January 22, 2022

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Slash: ‘This particular record is as raw as it gets’

Slash: ‘This particular record is as raw as it gets’
Slash joins Dave Cobb on the latest episode of Southern Accents Radio on Apple Music Country to discuss his forthcoming album ‘4’ feat. Myles Kennedy and The Conspirators, recorded and produced by Cobb in Nashville. Slash discusses following in the footsteps of Van Halen and Led Zeppelin in titling the album, recording live in the…

Slash joins Dave Cobb on the latest episode of Southern Accents Radio on Apple Music Country to discuss his forthcoming album ‘4’ feat. Myles Kennedy and The Conspirators, recorded and produced by Cobb in Nashville. Slash discusses following in the footsteps of Van Halen and Led Zeppelin in titling the album, recording live in the room in RCA Studio A, why he loves the late Eddie Van Halen, how Cream’s ‘Disraeli Gears’ made him want to pick up the guitar, and more.

Slash On Naming His Upcoming Album ‘4’ And Following In The Footsteps of Van Halen and Led Zeppelin…

Slash: Well, I mean really what it came down to was that 2020 was such a hellacious year in every respect that I didn’t think that any kind of remark or sentence or a phrase really would encapsulate the feeling for everything that had gone on that year. And so I didn’t want to try and have some clever kind of quip or whatever, because I usually do, but there was just too much. So I just said, “Fuck it. Let’s just call it ‘4’. That way it doesn’t try to say anything. It doesn’t try to be anything other than what it is and leave it at that.”

Dave Cobb: Well, you won for me because Van Halen had numbers, Led Zeppelin had numbers. I mean, come on, man. It’s bringing back the old style. I love it.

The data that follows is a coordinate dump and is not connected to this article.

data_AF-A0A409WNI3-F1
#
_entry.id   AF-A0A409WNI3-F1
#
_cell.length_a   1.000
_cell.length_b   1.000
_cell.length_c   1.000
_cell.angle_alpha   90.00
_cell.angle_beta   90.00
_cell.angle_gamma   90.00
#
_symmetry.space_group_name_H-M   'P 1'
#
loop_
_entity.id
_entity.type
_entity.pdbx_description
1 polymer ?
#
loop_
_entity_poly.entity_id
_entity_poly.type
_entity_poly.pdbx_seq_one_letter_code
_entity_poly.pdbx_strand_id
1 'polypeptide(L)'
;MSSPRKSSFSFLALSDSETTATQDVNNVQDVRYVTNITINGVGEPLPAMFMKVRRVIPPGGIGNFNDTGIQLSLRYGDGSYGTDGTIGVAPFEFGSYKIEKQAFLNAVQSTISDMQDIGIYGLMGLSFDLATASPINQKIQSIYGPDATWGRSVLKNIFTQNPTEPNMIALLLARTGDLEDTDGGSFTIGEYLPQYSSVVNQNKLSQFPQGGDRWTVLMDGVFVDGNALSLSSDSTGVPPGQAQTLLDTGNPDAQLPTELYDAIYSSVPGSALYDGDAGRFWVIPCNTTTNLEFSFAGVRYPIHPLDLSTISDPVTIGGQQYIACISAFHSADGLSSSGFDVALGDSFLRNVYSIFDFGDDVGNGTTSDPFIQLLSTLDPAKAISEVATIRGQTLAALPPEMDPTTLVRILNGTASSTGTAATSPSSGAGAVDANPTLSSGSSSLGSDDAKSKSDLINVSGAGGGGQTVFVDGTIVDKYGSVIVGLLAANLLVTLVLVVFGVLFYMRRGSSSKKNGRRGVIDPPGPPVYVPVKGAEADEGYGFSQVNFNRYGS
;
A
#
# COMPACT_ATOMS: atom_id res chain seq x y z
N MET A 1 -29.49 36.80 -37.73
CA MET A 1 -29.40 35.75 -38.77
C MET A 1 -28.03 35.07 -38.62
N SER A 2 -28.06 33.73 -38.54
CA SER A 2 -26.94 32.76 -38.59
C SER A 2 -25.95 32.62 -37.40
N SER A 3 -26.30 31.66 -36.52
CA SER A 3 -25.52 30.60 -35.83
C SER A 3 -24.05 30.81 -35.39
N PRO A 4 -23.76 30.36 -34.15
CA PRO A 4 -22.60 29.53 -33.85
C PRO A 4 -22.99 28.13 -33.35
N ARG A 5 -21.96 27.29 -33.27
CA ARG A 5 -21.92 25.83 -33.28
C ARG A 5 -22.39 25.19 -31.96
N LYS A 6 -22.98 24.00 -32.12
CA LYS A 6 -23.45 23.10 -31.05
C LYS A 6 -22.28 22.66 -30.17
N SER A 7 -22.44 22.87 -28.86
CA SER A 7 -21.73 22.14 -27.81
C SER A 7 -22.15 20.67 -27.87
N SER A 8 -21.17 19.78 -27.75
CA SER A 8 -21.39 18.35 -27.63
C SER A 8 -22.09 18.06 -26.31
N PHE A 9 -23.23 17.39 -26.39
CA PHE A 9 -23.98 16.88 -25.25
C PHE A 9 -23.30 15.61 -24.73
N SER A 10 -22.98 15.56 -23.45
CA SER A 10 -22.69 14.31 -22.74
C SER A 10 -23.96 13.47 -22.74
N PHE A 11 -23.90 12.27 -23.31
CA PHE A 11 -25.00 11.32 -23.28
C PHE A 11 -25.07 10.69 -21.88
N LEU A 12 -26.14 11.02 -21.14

Slash: Yeah, I wasn’t really following the trend consciously but it is sort of cool. I think it’s cool that just people will be forced to know that we have three other records.

Slash on “The River is Rising” (feat. Myles Kennedy and The Conspirators) From His Upcoming Album ‘4’…

Well, on this record, I spent more time because of COVID in my own studio just making demos and sending them to Miles because we couldn’t all get together and hash out the songs any other way. So when we got to the very end of all the pieces of music that I’d written and sent to him, I came up with this one idea and it was right before we went into pre-production. I thought, “Oh, you know, this is a pretty cool riff and the verse came together.” It was a cool little demo and I sent it to Miles and he put some cool vocals on it. So when the guys did finally fly in and we started doing pre-production, that was one of the first songs that we jammed on. And I just thought this would make a great song for the record and probably make a great first song. So we came into Nashville and we went in. I can’t remember exactly where in the sequence we recorded it. I think it was towards the end. It was just a lot of fun to play in the moment and we ended up toying with the arrangement and coming up with this really cool thing that was very spontaneous and that is the arrangement that you’re hearing on the single. And it was just really cool how it came about and basically it was just you going, “That fast riff that you have at the end, you should put that to the front of the song or in the middle of the song,” and we just went for it and it just happened like that. And I got to say, sometimes I will be a little bit shy to push a part because I think everybody just thinks I’m just pushing more guitars, so you were very helpful on a couple different songs of going, “That’s the hook. You got to send it. You have to play it more.” I needed that input from you because I wouldn’t have done it on my own.

Slash on Recording His Upcoming Album ‘4’ with Dave Cobb at RCA Studio A in Nashville…

Dave Cobb: And people may not realise, but this record is off the floor. I mean, this is about as live as you could possibly get. I mean, it’s you guys playing in a room with no headphones, just rocking out with a PA, just as if you were playing a show or playing in your garage growing up or whatever. What’s different about that process as opposed to the other records and being in a studio making the albums?